In a new series of articles, London & South East Region (LASER) Air Cadets will be exploring some of the qualifications available for adult volunteers in the RAF Air Cadets. We will be speaking to officers, non-commissioned officers and civilian instructors who have undertaken a course through the organisation, to find out what they thought of it, and how it’s helped them both with the cadets and in their working lives.
Range Conducting Officer (RCO) – Short Range
Marksmanship is one of the best loved parts of the cadet experiences, offering cadets a chance to learn a new skill, and compete in competitions right up to inter-Service level. In order to train and supervise cadets on the ranges, there are a number of qualifications that adult volunteers can undertake within the RAF Air Cadets. For many, the starting point is undertaking a Range Conducting Officer (RCO) qualification – starting with a Short Range course. Sgt Lucy Bracken from 2262 (Bexhill-on-Sea) Squadron is one of LASER’s most recently qualified RCOs, and has shared her insights into how she prepared for the course, and what she feels she got out of it.
What made you want to do the course?
I enjoy the activities itself for its own qualities but also, I like the discipline side that it brings for both the staff and cadets. I also wanted to support the existing RCOs.
What did the course involve?
The first weekend involved all the training, including how to write a Range Aide Memoir (RAM). The following weekend we were assessed on running the range and our ability to coach & safety supervise the firers.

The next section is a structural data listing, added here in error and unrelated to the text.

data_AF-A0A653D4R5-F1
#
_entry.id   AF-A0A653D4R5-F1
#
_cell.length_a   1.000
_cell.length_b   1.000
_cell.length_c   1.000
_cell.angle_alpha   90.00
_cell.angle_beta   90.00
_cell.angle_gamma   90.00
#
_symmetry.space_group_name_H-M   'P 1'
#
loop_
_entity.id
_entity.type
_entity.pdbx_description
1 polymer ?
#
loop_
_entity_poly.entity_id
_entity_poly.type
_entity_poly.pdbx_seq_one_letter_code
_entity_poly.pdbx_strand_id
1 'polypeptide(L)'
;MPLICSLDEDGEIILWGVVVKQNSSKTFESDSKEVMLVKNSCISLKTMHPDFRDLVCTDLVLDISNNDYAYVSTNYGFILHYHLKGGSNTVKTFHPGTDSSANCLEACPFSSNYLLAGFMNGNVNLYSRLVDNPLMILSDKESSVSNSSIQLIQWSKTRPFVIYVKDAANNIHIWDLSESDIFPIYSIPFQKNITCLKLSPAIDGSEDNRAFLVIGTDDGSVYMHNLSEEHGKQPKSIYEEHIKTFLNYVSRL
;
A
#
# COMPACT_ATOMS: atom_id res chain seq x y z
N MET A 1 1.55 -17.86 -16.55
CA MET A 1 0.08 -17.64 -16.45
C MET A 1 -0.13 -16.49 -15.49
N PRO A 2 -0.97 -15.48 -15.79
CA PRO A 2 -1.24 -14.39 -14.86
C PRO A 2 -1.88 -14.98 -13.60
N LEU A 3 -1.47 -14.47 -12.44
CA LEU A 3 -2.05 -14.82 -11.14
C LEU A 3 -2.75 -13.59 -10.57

How much time did you spend preparing for the course?
I spent around 2 weeks before the course preparing, studying cadets training ranges & reaching out to all RCOs within my Wing to help – they were more than happy to help.
Is there anything in particular you recommend in terms of preparation, for someone thinking of doing the course?
I recommend that before going on the course, you should gain as much experience on ranges as possible. Also, study the Cadet Training Ranges 2017 & speak to other RCOs in your area.
What was the thing you found most difficult?
Having to run the range with trained RCOs and candidates as firers, getting into the mind set of treating them as cadets, I found the most difficult thing to be the approach of role play.
What was the best bit of the course?
The knowledge and skill level of the directing staff and their approach to delivering the course.
Also, passing the course and gaining my qualification.
What are you hoping to do now, to put your qualification to use?
Since qualifying I have RCO’d on many ranges and will continue to do so as often as I can.
Do you think the qualification will be useful outside the cadet world?
Yes, the qualification itself is a transferable skill through the National Rifle Association. Doing the course also improved many aspects of my teaching but that was due to it giving me a big boost in confidence. Both on and off the range it helped me to be quite stern with cadets, which allowed me to have better control during activities, courses & on the squadron, which I did struggle with before hand.
Do you have any future plans to take more, related qualifications?
Yes. I aim to gain my DCCT (Dismounted Close Combat Trainer) qualification at the end of the year & next year I am hoping to progress on to the Long Range qualification.